This weakness, however, reflects a trend in sock patterns we see just about everywhere. The designer writes up the pattern for one size and lets the knitter figure out the rest. Because it’s a practice so in fashion, I suppose we should be forgiving. Furthermore, this flaw is by no means a deal-breaker. In fact, I personally believe that Sock Knitting Master Class should be on any sock enthusiast’s bookshelf or digital collection. The patterns are very challenging and original. We need more complex knitting patterns in a world with a glut of “quick and easy” fair. Like anyone else, I love to knit easy things, but I also like to challenge myself and knit difficult, and equally beautiful, items.

The sock patterns offered are so varied that the author includes an extensive Introduction to explain heels, toes, and all sorts of other important details. Then, the book is divided into two sections, according to the direction of knitting: first come the cuff-down patterns and then the toe-up ones. Before each section there are instructions to cast on and bind off using an ample range of methods. Along with these directions, the author discusses the advantages and disadvantages of knitting cuff-down and toe-up, respectively.

In addition to the patterns, the clear explanations of all things related to sock knitting, and general instructions about techniques, the yarn guru Clara Parks discusses the yarns chosen and why the designers used them. Her little “blurbs” about each individual yarn come at the beginning of each pattern. There is a lot to learn from these tidbits of advice if you find that sort of thing interesting. I think spinners just as much as “yarn shoppers” would enjoy these little boxes of wool thoughts.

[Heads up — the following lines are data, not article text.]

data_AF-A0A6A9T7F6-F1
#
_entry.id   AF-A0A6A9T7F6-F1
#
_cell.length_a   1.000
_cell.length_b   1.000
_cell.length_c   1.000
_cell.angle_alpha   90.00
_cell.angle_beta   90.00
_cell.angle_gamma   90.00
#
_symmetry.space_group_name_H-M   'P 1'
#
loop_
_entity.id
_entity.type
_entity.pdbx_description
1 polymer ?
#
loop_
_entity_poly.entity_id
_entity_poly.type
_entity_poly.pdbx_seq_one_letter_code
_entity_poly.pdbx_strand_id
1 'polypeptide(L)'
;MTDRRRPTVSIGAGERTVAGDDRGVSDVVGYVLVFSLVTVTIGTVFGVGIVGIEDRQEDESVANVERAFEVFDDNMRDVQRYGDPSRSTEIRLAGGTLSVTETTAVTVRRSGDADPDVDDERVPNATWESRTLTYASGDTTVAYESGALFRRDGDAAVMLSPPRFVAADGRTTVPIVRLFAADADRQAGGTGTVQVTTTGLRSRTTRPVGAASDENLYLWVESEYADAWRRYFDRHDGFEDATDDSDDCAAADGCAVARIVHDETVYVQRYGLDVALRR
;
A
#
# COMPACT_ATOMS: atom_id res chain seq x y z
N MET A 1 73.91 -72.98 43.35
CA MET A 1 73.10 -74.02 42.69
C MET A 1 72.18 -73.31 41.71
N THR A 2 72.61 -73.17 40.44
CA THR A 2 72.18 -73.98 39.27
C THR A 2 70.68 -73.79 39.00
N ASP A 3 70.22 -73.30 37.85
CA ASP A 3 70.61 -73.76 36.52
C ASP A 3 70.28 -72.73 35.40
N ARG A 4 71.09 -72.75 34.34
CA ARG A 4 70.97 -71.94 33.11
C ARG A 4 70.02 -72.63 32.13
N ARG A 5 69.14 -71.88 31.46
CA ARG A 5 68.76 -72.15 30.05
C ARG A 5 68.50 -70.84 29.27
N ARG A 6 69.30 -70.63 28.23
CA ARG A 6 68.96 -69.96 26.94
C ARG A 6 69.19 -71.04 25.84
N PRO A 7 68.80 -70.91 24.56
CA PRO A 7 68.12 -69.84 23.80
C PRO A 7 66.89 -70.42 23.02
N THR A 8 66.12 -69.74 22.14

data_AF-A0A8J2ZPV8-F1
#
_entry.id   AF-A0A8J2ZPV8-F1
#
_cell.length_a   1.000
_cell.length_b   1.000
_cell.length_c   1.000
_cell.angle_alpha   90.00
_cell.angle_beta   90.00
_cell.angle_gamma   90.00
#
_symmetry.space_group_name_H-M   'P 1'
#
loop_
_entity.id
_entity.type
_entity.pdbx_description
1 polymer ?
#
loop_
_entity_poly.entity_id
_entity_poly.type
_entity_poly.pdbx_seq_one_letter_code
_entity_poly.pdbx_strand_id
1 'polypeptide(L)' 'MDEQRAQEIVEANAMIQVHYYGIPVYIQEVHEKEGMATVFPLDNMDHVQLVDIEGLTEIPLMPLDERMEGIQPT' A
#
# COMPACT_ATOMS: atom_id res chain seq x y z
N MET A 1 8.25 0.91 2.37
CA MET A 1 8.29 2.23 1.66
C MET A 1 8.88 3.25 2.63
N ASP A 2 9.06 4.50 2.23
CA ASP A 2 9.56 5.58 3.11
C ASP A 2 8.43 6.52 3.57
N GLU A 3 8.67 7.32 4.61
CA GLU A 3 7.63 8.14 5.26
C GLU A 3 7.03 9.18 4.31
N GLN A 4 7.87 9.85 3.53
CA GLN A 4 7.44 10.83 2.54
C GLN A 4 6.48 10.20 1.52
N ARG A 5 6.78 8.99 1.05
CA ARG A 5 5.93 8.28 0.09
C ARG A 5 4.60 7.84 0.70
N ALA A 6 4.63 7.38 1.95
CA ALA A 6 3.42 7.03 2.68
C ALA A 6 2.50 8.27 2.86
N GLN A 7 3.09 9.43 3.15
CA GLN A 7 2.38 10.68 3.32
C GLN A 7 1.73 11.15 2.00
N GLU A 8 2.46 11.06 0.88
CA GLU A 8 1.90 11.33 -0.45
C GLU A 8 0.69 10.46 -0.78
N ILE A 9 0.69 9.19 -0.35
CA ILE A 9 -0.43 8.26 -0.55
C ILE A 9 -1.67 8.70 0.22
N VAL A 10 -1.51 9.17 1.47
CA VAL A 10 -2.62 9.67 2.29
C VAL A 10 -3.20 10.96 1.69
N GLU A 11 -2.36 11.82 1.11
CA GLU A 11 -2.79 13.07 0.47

I would recommend this title to sock knitting enthusiasts with some experience. The purpose of Sock Knitting Master Class is to help knitters take it to the next level. It is written in such a way as to be helpful to beginners, as well. I say this because a lot of the information included in the Introduction wasn’t really new to me. Furthermore, the little snippets of advice were not exactly ground-breaking stuff for me, but they would be of interest to knitters somewhat new to stitching up socks.

Overall, I think this  deserves a grade of A because it’s not very often that one finds so many challenging and unusual sock patterns all together in one book. It’s thorough. All of the techniques called for are explained clearly with illustrations. When we consider the price – I believe the PDF download is about $9.95 – it’s a bargain considering all the useful information and fun patterns it includes. But, a word of caution: some of the patterns in this book are reprinted and appear in other older publications. I didn’t have any of them in my collection, so for me this was a good option.

I forgot I had Arne & Carlos sock yarn